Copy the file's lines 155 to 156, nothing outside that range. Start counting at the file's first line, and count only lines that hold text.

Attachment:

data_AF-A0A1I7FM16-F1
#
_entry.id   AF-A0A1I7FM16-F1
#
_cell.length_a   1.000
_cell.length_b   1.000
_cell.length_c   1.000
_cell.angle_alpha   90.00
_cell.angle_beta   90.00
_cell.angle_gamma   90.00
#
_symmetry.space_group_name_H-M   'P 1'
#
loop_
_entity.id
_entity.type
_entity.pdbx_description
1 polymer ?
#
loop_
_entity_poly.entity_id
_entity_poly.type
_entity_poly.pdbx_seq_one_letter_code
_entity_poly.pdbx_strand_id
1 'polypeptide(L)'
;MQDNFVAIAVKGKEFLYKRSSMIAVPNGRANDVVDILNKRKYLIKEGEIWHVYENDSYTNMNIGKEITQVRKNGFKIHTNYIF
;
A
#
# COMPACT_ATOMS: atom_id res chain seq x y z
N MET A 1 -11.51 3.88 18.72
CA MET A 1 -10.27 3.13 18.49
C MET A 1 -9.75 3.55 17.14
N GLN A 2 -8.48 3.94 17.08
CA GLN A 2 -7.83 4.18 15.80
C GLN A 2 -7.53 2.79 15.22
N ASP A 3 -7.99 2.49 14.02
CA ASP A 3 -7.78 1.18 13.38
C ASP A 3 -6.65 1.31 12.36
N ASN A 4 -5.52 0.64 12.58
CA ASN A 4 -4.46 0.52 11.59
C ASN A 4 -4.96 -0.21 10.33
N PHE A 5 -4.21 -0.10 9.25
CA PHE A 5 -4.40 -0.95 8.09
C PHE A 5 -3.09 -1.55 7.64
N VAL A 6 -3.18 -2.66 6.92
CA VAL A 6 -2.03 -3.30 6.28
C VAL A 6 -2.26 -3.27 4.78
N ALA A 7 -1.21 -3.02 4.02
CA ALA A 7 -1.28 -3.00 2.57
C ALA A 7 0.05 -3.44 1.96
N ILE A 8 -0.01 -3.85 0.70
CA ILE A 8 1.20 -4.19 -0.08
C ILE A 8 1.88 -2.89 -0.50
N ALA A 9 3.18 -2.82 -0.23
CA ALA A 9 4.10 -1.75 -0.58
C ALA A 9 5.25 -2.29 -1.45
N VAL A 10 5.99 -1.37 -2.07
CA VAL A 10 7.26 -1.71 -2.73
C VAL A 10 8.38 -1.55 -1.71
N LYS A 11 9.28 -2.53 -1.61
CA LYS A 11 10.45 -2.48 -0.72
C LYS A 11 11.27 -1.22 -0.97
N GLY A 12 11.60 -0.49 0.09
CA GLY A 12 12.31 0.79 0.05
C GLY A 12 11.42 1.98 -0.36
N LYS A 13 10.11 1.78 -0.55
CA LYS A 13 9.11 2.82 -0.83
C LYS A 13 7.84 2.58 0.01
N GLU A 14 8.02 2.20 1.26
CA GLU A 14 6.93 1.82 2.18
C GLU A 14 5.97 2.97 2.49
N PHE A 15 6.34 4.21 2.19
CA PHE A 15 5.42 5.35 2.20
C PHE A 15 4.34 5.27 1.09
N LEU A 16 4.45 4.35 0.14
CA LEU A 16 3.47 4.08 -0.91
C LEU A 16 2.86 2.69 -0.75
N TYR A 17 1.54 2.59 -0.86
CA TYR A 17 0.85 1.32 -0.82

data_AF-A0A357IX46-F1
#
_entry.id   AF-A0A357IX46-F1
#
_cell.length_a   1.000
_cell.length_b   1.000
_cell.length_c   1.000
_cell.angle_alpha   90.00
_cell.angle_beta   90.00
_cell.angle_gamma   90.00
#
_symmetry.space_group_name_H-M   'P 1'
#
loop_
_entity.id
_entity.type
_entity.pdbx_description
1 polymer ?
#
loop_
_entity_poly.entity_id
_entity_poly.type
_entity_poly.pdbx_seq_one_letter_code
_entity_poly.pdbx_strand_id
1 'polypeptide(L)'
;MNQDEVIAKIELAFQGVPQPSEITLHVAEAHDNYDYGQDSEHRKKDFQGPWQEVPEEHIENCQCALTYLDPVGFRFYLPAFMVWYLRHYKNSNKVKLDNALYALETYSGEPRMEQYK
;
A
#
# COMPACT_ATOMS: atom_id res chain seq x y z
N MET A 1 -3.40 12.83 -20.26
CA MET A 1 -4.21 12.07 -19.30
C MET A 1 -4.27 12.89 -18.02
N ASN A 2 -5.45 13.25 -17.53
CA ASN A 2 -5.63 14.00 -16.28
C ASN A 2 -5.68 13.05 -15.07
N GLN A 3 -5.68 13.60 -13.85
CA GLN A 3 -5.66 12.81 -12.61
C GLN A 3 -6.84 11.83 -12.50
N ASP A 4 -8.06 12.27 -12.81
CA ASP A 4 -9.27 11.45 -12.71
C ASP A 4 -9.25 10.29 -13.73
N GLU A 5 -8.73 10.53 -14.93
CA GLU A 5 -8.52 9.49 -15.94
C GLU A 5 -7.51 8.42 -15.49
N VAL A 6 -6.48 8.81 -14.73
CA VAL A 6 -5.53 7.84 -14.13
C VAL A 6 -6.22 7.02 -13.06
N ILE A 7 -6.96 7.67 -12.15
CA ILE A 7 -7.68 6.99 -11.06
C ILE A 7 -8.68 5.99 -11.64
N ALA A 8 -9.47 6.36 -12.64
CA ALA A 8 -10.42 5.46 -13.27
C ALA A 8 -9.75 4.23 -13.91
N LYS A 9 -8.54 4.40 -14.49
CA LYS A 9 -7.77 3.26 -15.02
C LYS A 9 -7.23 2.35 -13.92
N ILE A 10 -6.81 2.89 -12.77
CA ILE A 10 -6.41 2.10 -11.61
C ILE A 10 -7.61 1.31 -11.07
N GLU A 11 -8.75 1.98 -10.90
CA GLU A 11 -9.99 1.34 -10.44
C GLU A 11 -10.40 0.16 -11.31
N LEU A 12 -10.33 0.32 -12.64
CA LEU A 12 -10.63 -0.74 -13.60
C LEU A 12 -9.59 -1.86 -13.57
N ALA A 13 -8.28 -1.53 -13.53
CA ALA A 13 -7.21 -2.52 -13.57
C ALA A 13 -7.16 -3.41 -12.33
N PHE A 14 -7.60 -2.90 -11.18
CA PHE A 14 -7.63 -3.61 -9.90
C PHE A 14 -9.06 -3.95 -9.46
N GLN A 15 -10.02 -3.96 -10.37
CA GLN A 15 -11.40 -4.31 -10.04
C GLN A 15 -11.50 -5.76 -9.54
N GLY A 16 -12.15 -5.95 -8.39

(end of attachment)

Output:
C GLN A 15 -11.50 -5.76 -9.54
N GLY A 16 -12.15 -5.95 -8.39